Ladd started wrestling in 1961. As a publicity stunt, some wrestlers in the San Diego area challenged Ladd to a private wrestling workout. Before long, Ladd was a part-time competitor in Los Angeles, during football’s off-season. Ladd became a huge draw in short order. When knee problems cut his football career short, Ladd turned to the more financially lucrative business of wrestling full-time in 1969. After a run as a fan favorite, Ladd became one of wrestling’s most hated heels during the 1970s, as well as one of the first black wrestlers to portray a heel character. He riled crowds with his arrogant and colorful demeanor during interviews, especially with his less than politically correct nicknames for opponents such as Wahoo McDaniel (whom he referred to as “the Drunken Indian”), and Mr. Wrestling (whom he called “the Masked Varmint” and insisted that he was an escaped criminal). Ladd also gained infamy through use of his controversial taped thumb, which Ladd claimed was from an old football injury. Often, when Ladd appeared to be in serious trouble during a match, he’d walk out of the arena and accept a countout loss. This practice has since become known as “pulling an Ernie Ladd” in some circles.
Known for his immense size and power, it was a natural for Ladd to engage in feuds with other giants, including a famous feud with André the Giant (whom Ladd referred to as “Andre the Dummy” or “The Big Fat French Fry” during interviews).
In certain areas, Ladd’s wrestling nickname was “The King”, and he would wear an ornate crown to emphasize it.
In other wrestling associations, he was “The Big Cat,” and walked in with a big cowboy hat.
Ladd challenged Bruno Sammartino one time at Madison Square Garden for the WWWF title when Bruno reigned, handily pinning Earl “Mr. Universe” Maynard the month prior. He also challenged Pedro Morales for the same title during the latter’s reign. In 1978 he wrestled WWWF champion Bob Backlund. When the International Wrestling Association had its brief run in the New York area, Ladd lost a 2 out of 3 fall match to champion Mil Mascaras, 2 falls to 1 (he pinned Mascaras the first fall, was disqualified in the second, and was pinned by Mascaras in the third). This match took place at Roosevelt Stadium, in Jersey City, NJ.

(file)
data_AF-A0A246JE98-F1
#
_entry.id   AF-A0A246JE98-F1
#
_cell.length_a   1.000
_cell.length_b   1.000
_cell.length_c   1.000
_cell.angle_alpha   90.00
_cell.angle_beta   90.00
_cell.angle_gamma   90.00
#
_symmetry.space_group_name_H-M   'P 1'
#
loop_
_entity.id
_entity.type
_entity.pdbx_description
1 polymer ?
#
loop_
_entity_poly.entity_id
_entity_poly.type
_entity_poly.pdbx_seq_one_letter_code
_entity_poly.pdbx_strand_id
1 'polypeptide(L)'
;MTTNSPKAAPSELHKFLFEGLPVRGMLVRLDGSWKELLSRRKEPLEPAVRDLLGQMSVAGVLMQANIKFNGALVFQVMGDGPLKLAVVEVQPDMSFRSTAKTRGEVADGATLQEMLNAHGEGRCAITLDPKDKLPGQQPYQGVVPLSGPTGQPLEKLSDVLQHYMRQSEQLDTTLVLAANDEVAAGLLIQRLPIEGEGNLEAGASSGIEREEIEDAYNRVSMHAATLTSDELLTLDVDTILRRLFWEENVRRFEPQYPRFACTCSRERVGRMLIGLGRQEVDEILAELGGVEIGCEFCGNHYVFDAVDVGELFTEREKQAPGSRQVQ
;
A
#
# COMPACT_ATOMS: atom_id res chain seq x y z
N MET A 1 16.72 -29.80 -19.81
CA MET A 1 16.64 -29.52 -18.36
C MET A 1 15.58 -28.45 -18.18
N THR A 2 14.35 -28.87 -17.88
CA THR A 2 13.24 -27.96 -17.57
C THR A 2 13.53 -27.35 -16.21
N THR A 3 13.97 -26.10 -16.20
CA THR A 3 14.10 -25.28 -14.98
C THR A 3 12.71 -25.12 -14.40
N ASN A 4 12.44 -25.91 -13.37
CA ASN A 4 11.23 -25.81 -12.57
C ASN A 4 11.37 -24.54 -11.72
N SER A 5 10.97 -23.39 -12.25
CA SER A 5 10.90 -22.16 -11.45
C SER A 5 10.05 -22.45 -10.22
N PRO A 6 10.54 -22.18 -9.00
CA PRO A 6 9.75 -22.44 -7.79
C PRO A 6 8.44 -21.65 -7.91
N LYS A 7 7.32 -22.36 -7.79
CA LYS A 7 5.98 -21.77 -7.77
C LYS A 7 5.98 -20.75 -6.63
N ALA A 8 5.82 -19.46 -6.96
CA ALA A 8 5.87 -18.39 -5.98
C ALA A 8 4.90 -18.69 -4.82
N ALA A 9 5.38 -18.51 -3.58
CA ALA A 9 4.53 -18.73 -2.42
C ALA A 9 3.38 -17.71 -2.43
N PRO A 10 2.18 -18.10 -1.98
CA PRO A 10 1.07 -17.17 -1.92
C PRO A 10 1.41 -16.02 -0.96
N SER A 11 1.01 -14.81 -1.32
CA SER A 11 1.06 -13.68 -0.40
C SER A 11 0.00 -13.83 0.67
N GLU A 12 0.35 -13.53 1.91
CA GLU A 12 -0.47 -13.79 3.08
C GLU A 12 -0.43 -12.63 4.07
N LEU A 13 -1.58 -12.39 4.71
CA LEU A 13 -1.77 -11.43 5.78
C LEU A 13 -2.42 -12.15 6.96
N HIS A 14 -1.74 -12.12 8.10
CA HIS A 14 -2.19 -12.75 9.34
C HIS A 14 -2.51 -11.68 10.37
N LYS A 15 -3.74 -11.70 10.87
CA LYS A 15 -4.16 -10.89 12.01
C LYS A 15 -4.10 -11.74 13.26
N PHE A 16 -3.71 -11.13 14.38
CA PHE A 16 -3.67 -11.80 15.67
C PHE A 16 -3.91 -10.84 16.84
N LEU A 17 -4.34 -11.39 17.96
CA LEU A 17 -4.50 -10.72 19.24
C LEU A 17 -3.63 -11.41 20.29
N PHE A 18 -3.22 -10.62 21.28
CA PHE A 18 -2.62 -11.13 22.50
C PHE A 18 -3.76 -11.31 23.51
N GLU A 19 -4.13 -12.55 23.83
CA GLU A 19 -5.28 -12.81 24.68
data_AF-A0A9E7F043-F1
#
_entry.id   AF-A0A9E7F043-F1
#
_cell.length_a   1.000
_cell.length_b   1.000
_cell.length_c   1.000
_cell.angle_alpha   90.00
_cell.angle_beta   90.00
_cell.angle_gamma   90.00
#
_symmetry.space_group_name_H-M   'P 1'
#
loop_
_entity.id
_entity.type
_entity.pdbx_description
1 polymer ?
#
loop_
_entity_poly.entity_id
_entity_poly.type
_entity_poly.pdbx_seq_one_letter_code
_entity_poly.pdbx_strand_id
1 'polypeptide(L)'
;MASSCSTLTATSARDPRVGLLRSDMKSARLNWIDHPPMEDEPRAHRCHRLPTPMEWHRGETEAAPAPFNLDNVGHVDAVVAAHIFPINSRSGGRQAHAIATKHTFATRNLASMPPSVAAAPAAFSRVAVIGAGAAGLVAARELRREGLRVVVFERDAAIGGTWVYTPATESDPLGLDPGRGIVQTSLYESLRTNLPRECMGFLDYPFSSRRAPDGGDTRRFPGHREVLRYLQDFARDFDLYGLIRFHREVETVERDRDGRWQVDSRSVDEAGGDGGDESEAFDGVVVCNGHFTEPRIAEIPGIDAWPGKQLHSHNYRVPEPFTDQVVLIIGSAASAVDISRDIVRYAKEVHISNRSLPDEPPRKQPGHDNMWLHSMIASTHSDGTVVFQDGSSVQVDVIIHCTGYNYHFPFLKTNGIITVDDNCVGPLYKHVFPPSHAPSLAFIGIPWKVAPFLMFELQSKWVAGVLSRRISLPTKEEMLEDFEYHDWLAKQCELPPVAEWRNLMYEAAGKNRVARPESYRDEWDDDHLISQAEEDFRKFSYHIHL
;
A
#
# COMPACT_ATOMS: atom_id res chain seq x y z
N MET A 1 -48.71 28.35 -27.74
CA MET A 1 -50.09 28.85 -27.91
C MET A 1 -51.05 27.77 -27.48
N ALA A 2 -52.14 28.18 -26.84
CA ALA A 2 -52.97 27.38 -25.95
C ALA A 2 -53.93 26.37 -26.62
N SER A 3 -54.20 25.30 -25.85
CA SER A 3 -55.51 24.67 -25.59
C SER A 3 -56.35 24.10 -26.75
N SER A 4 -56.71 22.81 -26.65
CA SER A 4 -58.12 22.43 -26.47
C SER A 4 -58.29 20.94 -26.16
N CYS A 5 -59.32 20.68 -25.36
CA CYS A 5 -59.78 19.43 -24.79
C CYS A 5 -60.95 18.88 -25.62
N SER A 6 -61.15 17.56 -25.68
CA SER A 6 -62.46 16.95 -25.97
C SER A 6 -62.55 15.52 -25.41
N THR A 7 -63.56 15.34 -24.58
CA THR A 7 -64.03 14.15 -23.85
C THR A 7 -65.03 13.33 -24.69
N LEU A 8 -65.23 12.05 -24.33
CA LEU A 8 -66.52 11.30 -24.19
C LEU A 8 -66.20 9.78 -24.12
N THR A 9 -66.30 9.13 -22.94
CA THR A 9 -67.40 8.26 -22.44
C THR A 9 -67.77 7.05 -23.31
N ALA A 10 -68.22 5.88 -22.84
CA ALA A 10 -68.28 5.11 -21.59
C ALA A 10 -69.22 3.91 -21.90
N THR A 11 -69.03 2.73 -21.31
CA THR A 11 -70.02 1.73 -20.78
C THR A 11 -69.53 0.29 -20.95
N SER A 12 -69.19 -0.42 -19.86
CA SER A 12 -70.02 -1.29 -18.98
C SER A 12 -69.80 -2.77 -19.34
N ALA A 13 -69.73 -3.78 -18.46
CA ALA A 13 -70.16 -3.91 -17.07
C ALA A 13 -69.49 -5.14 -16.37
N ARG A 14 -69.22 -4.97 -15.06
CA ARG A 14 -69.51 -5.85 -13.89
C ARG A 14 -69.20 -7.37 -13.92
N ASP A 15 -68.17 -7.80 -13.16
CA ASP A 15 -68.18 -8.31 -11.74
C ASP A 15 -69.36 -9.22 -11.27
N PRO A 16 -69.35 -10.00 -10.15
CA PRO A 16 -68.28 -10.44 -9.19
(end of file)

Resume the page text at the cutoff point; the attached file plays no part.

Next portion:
After leaving the WWWF, Ladd ventured to the Mid-South territory promoted by Bill Watts.
While in the Mid-South area, Ladd feuded with Paul Orndorff, Ray Candy, and Junkyard Dog. He also served as a manager to Afa & Sika, the Wild Samoans. Ladd also had a decent run as part of a tag team with “Bad” Leroy Brown in the early 1980s. Ladd would also assist Watts as a booker behind the scenes, and had a large part in the development of Sylvester Ritter as the area’s top draw.
Ladd retired from wrestling in 1986 due to recurring knee problems.
In 1986, Ladd returned to the WWF as a Color Commentator, He called the 20 Man Battle Royal at Wrestlemania 2 (which featured NFL players), He also teamed with Gorilla Monsoon & Johnny Valiant at the broadcast booth during The Big Event at C.N.E. Stadium in Toronto, Canada, then afterwards, Ladd quietly left the WWF.
He was inducted into the WWF Hall of Fame in 1995.
- November, 28, 1938
- Rayville, Louisiana
- March, 10, 2007
- Franklin, Louisiana
Cause of Death
- colon cancer
- Franklin Cemetery
- Franklin, Louisiana